D-S evidence based FMECA approach to assess potential risks in ballast water system (BWS) on-board tanker ship

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Contentslistsavailableat ScienceDirect

Journal of Ocean Engineering and Science

journalhomepage: www.elsevier.com/locate/joes

Research Paper

D-S evidence based FMECA approach to assess potential risks in ballast water system (BWS) on-board tanker ship

Sukru Ilke Sezer

a,c,

, Bulut Ozan Ceylan

b,c

, Emre Akyuz

c

, Ozcan Arslan

c

a Department of Maritime Transportation and Management Engineering, Iskenderun Technical University, Iskenderun, 31200, Hatay, Turkey

b Department of Marine Engineering, Bandirma Onyedi Eylül University, Bandirma, 10200, Balikesir, Turkey

c Department of Maritime Transportation and Management Engineering, Istanbul Technical University, Tuzla, 34940, Istanbul, Turkey

a r t i c l e i n f o

Article history:

Received 21 February 2022 Revised 21 May 2022 Accepted 27 June 2022 Available online xxx Keywords:

Risk assessment FMECA

Dempster-Shafer Theory Ballast water system Tanker ship

a b s t r a c t

Ballastwaterisessentialforcargoshipssinceitstabilizesvesselsatsea.Mostshipsareequippedwitha ballastwatersystem(BWS)tomaintainsafeoperatingconditions.Thispaperattemptstoperformarisk assessmentfortheBWSon-boardtankershipasitposesamajorthreattotheoperationalsafetyofthe ship,marineenvironment,andcargo.To achievethispurpose,thepaperutilizesarobustmethodology integratingD-Sevidence(Dempster-Shafer)theoryandFMECA(Failuremodeeffectsandcriticalityanal- ysis).Inthemethodology,whiletheD-Sevidencetheoryintroducesaproper mathematicalframework to handleepistemic uncertainty inthe assessmentof risk parametersand to prioritize failuremodes asintended,the FMECAiscapableofevaluatingsystempotentialfailuresand theircauses.Hence,the riskprioritynumber(RPN)canbecalculatedtoassesspotentialhazardsandtheirconsequencesinBWS on-boardships. Besidesitstheoreticalinsight,thepapercontributestomarinesafety inspectors,safety researchers,andHSEQ(Health,Safety,Environment,andQuality)managerstoidentifypotentialhazards, effects,andconsequencesincaseofBWSfailureson-boardtankerships.

© 2022ShanghaiJiaotongUniversity.PublishedbyElsevierB.V.

ThisisanopenaccessarticleundertheCCBY-NC-NDlicense (http://creativecommons.org/licenses/by-nc-nd/4.0/)

1. Introduction

Shippingisregardedasthemainelement ofglobaltrade[65]. Although maritime transportation is exceedingly preferred, this sector containsvariouschallengesandrisks[40].Therefore,safety is a great concern for maritime professionals due to the nature of their work [19]. According to the current studies, it is clear that the concept of risk in the maritime industry is a popular topic. Abdussamieet al. [1]conduct Liquefied Natural Gas(LNG) andFloatingLNG(FLNG)vesselsriskassessmentduringmaneuver- ing intheopensea.CheliyanandBhattacharyya[24]handledthe sub-sea productionsystem’soilandgasleakagerisks.Mehrafrooz et al. [53] performed consequence-based risk analysis in subsea pipelines.Prabowoetal.[54]carriedoutathin-walleddoublebot- tom tankerrisk assessment about grounding damage. Fam et al.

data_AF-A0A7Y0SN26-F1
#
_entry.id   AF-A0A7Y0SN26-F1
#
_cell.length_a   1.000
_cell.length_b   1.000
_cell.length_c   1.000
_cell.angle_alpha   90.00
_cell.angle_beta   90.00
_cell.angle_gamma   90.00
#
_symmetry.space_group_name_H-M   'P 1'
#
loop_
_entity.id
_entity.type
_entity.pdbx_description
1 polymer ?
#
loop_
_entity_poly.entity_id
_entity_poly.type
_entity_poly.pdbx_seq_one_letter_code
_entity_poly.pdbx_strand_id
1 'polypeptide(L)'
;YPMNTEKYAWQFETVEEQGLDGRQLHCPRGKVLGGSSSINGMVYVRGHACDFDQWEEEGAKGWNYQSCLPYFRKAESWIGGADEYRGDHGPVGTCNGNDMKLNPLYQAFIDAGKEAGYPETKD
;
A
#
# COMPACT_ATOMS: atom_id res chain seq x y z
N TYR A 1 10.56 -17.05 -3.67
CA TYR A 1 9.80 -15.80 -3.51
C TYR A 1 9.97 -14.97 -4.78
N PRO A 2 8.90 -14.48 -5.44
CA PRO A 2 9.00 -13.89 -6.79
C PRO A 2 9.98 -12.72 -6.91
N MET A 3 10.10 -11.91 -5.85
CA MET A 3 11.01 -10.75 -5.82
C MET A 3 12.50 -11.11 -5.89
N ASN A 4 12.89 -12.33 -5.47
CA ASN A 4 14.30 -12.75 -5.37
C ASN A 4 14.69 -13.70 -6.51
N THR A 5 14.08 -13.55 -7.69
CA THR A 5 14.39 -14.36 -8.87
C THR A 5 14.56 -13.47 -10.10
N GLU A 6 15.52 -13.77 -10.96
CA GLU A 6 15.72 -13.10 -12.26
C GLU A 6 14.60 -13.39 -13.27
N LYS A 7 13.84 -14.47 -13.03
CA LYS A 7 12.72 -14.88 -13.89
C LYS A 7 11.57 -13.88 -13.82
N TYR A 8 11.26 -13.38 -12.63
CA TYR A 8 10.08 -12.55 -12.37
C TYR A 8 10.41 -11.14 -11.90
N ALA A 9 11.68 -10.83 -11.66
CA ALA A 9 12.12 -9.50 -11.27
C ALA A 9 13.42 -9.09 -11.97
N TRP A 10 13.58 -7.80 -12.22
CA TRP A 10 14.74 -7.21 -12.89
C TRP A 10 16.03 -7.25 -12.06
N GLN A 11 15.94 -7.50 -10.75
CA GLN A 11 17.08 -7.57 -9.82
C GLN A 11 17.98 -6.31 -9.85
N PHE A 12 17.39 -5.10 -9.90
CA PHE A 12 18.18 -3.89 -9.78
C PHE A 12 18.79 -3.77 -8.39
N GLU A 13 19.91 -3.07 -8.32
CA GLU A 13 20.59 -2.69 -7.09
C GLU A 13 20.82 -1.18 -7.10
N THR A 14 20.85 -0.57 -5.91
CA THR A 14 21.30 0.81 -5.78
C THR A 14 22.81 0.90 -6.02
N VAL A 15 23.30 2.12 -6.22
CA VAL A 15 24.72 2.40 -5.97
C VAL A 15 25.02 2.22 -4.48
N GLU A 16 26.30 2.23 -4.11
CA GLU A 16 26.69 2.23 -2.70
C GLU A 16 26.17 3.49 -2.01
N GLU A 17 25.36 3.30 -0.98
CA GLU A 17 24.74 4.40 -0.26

[31]performedahumanriskassessmentinoffshoreactivities.Cao et al. [16] studied gas leakage of LNG-powered ship risk analy- sis. Fanetal.[32]carriedout Liquifiednaturalgas(LNG)bunker- ing simultaneous operations(SIMOPs)risk assessment.According

Corresponding author.

E-mail address: ilkesezer@gmail.com (S.I. Sezer) .

to related studies, most of the shipboard operations contain po- tential hazards and their consequences may become fatal. Addi- tionally,thehumanfactorisoneofthesignificant causesofmar- itimeaccidentsinthelast decades [17,50]. Asa result,safetyhas always been a focus in the marine field. The IMO (International MaritimeOrganisation),theregulatorybodyofmaritimeaffairs,in- troducednumerouscodes andconventionssuchasSOLAS (Safety of Life at Sea), STCW (International Convention on Standards of Training, Certification and Watchkeeping for Seafarers), ISM (In- ternationalSafety Management)Code, etc. to enhance safetyand minimize risks in maritime transportation [8]. At thispoint, risk assessment is the most critical issue in maritime transportation to improve safetyat sea[41,66]. The ISM Code andFSA (Formal safetyassessment)addressriskwithinthesafetymanagementob- jectives including establishing control actions against all identi- fied risks [36]. However, they have not prescribed any particu- lar risk assessment techniques that can be used across themar- itime domain. To remedy this gap, maritime safety researchers havebeen proposing some risk assessment methodsin linewith ISMCodeandFSA.Proactiveapproachesplaya keyroleinreduc- ing and preventing the risks at sea. The most preferred risk as- sessment methodsin maritimetransportation are FTA(Fault Tree Analysis),HAZOP(HazardandOperabilityStudy),bow-tieanalysis,

https://doi.org/10.1016/j.joes.2022.06.040

2468-0133/© 2022 Shanghai Jiaotong University. Published by Elsevier B.V. This is an open access article under the CC BY-NC-ND license ( http://creativecommons.org/licenses/by-nc-nd/4.0/ )

Please citethisarticleas:S.I.Sezer,B.O.Ceylan,E.Akyuzetal.,D-SevidencebasedFMECAapproachtoassesspotentialrisksinballast

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ETA (Event Tree Analysis),FMEA (FailureMode andEffect Analy- sis), Fine-Kinney, etc. Thereare manypractices ofthose methods thathavebeensuccessfullyappliedinmaritimesuchasshipboard operations [4,6,44,46,60], ship collision orgrounding [9,21,30,59], oil spill/response [10,38,48] cyber security [14,23,62], etc. In re- cent years, Bayesian Network (BN) approach has become one of thegreatestconcernsintermsofmaritimeriskassessment.Awide range ofgood research papershave beenpublishedand citedon differenttopicsinmaritime[9,29,31,32,51].